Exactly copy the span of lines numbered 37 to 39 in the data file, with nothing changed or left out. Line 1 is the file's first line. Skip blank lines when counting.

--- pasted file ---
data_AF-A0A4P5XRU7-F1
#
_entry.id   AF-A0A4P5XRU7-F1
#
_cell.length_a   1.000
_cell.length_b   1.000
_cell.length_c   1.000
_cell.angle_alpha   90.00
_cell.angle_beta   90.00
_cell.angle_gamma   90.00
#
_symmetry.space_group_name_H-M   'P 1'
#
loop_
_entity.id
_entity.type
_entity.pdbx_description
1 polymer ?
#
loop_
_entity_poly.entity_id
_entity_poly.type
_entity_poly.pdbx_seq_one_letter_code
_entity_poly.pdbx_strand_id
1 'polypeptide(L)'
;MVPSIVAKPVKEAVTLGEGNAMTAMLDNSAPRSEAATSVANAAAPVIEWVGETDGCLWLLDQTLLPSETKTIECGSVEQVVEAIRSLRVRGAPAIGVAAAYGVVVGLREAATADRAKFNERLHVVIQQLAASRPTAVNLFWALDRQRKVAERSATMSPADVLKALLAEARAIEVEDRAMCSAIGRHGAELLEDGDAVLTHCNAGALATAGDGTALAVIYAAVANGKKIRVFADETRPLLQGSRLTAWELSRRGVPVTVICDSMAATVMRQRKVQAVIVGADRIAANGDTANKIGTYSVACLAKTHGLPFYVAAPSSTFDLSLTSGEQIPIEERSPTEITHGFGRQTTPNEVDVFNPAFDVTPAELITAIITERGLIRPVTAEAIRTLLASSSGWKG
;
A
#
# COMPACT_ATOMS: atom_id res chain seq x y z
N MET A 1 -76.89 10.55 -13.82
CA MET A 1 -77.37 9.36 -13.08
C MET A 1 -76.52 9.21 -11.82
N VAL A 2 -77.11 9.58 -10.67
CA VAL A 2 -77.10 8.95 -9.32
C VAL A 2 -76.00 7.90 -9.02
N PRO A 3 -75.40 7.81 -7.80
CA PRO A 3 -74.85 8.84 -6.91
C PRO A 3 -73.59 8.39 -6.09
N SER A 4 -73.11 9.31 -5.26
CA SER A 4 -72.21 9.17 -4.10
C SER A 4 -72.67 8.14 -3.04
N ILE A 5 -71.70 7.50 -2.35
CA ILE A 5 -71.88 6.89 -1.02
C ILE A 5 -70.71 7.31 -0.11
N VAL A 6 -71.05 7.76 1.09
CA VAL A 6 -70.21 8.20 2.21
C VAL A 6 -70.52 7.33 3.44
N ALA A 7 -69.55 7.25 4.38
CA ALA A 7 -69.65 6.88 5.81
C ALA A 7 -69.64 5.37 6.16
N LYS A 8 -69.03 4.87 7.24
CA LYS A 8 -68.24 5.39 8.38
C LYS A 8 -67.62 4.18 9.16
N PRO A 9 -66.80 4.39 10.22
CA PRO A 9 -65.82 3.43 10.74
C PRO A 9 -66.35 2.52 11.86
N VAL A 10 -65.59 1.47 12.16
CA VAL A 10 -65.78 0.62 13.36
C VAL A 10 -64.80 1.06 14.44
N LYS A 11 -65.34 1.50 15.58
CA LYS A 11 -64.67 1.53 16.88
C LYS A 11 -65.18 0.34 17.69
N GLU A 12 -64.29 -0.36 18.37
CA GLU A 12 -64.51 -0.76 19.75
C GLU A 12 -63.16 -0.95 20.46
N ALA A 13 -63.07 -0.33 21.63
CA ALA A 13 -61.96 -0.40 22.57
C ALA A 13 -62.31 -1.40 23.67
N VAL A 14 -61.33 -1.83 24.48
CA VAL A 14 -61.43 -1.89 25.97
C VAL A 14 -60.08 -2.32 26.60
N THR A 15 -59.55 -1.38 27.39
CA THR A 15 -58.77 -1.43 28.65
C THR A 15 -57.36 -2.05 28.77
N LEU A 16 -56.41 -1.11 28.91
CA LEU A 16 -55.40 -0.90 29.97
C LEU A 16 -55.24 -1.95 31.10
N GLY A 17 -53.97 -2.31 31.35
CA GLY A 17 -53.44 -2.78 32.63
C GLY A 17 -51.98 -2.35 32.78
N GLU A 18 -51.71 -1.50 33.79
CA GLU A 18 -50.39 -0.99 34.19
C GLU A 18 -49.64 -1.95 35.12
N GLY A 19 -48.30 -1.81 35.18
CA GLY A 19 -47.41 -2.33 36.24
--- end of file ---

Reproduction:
N PRO A 3 -75.40 7.81 -7.80
CA PRO A 3 -74.85 8.84 -6.91
C PRO A 3 -73.59 8.39 -6.09